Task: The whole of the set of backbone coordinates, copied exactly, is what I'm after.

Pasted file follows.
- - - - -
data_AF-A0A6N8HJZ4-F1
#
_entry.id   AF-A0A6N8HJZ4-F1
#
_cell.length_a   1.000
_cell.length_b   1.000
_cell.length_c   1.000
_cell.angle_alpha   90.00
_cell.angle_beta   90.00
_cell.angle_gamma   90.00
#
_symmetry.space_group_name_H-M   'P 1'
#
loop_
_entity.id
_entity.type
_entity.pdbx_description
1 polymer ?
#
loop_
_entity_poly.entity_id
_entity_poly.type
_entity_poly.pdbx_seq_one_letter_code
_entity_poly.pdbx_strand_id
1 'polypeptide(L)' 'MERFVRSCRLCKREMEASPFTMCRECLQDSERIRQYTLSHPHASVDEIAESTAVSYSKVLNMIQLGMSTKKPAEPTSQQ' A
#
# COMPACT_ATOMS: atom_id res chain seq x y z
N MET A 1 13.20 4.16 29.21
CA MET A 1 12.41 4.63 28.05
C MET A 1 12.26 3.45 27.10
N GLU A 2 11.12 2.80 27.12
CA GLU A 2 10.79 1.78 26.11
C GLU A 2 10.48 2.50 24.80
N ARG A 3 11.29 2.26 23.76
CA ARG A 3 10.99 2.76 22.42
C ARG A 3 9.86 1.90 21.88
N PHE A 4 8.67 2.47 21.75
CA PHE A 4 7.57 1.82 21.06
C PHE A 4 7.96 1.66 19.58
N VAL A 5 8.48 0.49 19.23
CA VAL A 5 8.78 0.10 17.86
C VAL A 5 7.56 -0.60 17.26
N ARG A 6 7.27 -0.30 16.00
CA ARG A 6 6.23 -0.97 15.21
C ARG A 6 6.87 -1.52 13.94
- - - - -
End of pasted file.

data_AF-A0A6N8HJZ4-F1
#
_entry.id   AF-A0A6N8HJZ4-F1
#
_cell.length_a   1.000
_cell.length_b   1.000
_cell.length_c   1.000
_cell.angle_alpha   90.00
_cell.angle_beta   90.00
_cell.angle_gamma   90.00
#
_symmetry.space_group_name_H-M   'P 1'
#
loop_
_entity.id
_entity.type
_entity.pdbx_description
1 polymer ?
#
loop_
_entity_poly.entity_id
_entity_poly.type
_entity_poly.pdbx_seq_one_letter_code
_entity_poly.pdbx_strand_id
1 'polypeptide(L)' 'MERFVRSCRLCKREMEASPFTMCRECLQDSERIRQYTLSHPHASVDEIAESTAVSYSKVLNMIQLGMSTKKPAEPTSQQ' A
#
# COMPACT_ATOMS: atom_id res chain seq x y z
N MET A 1 13.20 4.16 29.21
CA MET A 1 12.41 4.63 28.05
C MET A 1 12.26 3.45 27.10
N GLU A 2 11.12 2.80 27.12
CA GLU A 2 10.79 1.78 26.11
C GLU A 2 10.48 2.50 24.80
N ARG A 3 11.29 2.26 23.76
CA ARG A 3 10.99 2.76 22.42
C ARG A 3 9.86 1.90 21.88
N PHE A 4 8.67 2.47 21.75
CA PHE A 4 7.57 1.82 21.06
C PHE A 4 7.96 1.66 19.58
N VAL A 5 8.48 0.49 19.23
CA VAL A 5 8.78 0.10 17.86
C VAL A 5 7.56 -0.60 17.26
N ARG A 6 7.27 -0.30 16.00
CA ARG A 6 6.23 -0.97 15.21
C ARG A 6 6.87 -1.52 13.94